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Standard home owners or renters insurance usually does not cover earthquake damage. Earthquake coverage can be purchased additionally. And while this is especially important if you live near a fault line, consider that a large earthquake can affect far-reaching locations. Ask yourself if you can afford to rebuild or repair your home if it is damaged by an earthquake. If not, consider purchasing earthquake coverage.
Peace of mind is worth the extra money when it comes to protecting your big investment. Schedule a super check with your Farm Bureau agent today to discuss any gaps in your current homeowners insurance coverage. Your roof is what stands between your home and the elements. As a result, the age and condition of your roof can affect how much you pay for homeowners insurance. Before you buy your new home, it’s important to understand the factors that affect the longevity of your roof. Depending on its age and condition, your insurance company may require a roof inspection before approving your policy – that’s how important your roof is. Read on to find out how roofing requirements can affect your homeowners insurance premium.
The age of your roof can affect your insurance rate. The older your roof is, the more likely it is to suffer damage – and the more expensive it is to insure. The average life expectancy of a roof is between 25-50 years depending on the weather and the materials used. Depending on the age and condition of your roof, it may also be inadequate for coverage. Re-roofing your home can help lower your insurance premiums, so it’s important to tell your insurance provider if you get a new roof.
Problems with an old roof such as leaks, algae and missing or damaged shingles can present challenges, such as not qualifying for possible discounts a new roof can provide, leading to higher insurance premiums. Loose or missing shingles or damage to the material will often trap moisture in your roof or attic space. If left untreated, these wood can rot and mold, and require expensive repairs. Significant wear and tear can make your roof unbearable.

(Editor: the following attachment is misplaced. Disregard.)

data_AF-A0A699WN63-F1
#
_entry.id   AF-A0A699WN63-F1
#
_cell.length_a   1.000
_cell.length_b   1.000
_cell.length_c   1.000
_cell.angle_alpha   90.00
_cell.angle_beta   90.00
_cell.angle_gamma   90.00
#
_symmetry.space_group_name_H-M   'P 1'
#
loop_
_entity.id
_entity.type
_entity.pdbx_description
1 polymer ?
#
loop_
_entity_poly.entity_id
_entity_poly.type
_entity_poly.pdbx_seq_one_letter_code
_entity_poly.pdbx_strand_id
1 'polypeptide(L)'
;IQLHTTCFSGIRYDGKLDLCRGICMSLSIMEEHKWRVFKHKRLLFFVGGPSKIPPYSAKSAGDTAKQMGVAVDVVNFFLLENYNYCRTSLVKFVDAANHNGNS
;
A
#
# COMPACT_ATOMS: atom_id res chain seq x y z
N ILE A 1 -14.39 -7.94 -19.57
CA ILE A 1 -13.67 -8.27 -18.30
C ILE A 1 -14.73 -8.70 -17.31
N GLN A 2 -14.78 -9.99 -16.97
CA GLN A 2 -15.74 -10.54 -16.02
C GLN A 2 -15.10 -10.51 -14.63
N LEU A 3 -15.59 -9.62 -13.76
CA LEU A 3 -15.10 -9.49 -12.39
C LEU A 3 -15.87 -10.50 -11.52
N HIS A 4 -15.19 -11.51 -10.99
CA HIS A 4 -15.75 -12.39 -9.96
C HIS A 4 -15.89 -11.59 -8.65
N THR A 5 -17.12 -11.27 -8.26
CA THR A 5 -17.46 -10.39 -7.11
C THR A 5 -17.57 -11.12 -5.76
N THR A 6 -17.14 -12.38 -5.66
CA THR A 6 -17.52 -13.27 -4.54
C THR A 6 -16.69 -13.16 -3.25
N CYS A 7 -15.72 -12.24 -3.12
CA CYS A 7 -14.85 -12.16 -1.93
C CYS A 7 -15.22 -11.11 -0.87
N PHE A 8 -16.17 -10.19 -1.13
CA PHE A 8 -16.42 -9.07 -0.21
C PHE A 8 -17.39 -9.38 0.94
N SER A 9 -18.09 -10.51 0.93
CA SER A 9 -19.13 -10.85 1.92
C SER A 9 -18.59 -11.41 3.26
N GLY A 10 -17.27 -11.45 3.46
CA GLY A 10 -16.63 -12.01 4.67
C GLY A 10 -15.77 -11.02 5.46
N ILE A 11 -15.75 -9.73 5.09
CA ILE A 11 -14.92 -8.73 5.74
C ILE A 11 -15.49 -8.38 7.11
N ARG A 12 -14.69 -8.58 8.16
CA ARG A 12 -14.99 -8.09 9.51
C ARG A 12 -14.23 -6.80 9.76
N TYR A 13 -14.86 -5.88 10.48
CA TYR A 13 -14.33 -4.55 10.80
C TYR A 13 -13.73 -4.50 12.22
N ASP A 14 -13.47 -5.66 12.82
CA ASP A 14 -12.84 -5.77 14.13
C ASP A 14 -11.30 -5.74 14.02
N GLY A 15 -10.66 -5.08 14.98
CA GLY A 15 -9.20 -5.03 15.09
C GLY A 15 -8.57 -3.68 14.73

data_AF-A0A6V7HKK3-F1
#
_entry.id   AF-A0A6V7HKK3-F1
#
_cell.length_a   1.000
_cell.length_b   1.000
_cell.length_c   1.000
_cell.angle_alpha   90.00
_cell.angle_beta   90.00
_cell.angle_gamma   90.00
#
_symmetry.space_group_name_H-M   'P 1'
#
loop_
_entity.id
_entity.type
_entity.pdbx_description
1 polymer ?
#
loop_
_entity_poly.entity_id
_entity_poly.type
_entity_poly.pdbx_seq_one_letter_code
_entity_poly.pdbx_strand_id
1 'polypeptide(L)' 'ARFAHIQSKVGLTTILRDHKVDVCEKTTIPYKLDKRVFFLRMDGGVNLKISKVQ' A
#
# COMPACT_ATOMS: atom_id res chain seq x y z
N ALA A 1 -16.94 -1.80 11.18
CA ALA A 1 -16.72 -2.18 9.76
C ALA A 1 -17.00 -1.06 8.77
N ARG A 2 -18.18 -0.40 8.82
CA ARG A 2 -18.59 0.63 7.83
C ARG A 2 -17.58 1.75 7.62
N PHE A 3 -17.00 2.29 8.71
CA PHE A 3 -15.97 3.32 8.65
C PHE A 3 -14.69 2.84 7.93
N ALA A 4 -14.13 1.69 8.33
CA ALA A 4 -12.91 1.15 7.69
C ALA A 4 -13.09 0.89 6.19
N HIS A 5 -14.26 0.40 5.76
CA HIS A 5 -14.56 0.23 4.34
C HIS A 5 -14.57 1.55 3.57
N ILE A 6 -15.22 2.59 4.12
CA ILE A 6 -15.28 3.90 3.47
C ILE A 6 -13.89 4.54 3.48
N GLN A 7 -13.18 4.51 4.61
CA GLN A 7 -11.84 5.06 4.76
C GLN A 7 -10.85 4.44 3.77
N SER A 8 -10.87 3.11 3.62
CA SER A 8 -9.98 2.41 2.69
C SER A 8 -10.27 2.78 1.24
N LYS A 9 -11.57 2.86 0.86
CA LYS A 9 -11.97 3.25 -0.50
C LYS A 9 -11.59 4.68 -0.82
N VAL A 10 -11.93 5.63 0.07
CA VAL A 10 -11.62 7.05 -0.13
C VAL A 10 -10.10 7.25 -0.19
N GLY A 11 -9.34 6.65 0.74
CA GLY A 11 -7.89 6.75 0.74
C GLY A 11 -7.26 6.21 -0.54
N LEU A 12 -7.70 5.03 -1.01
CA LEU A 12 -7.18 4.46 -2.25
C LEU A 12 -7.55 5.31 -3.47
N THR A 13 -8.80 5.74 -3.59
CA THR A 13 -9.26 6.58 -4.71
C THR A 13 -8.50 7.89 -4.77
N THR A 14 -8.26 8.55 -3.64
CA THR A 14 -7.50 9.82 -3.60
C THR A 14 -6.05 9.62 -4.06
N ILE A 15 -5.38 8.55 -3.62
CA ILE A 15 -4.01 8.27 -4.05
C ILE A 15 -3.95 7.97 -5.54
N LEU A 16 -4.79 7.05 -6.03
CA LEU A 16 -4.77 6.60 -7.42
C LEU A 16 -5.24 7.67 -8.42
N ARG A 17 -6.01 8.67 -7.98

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Gable roof and hip roof are two common roof types. Their different design affects the sensitivity to damage. Hip roofs perform better during wind storms and this roof shape may offer insurance discounts in coastal areas. The more complex the shape of the roof, the more it can cost to replace due to waste factors and the labor time required during replacement.
Roofing materials are perhaps the most important factor in longevity and roof types have a large impact on home insurance rates. The following options vary greatly in price, durability, protection, durability and insurance.
If your roof is old or damaged, you may be trying to figure out if it needs to be completely replaced or if it is possible to repair the damage. Unfortunately, it is difficult to determine whether your roof needs to be repaired or replaced without the advice of a professional.
If you notice several signs of damage, it could be a sign that it’s time to invest in a new roof. A roof replacement can cost anywhere from $5,000 to $25,000, but some of that money can be recouped through lower insurance rates. Since a new roof is more likely to protect your home from damage, insurance companies are likely to offer lower rates for homes with a new roof.
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Before you go ahead with a new roof installation, talk to your Farm Bureau agent about potential discounts. They will explain how a new roof and specific materials can affect your homeowner’s insurance premium.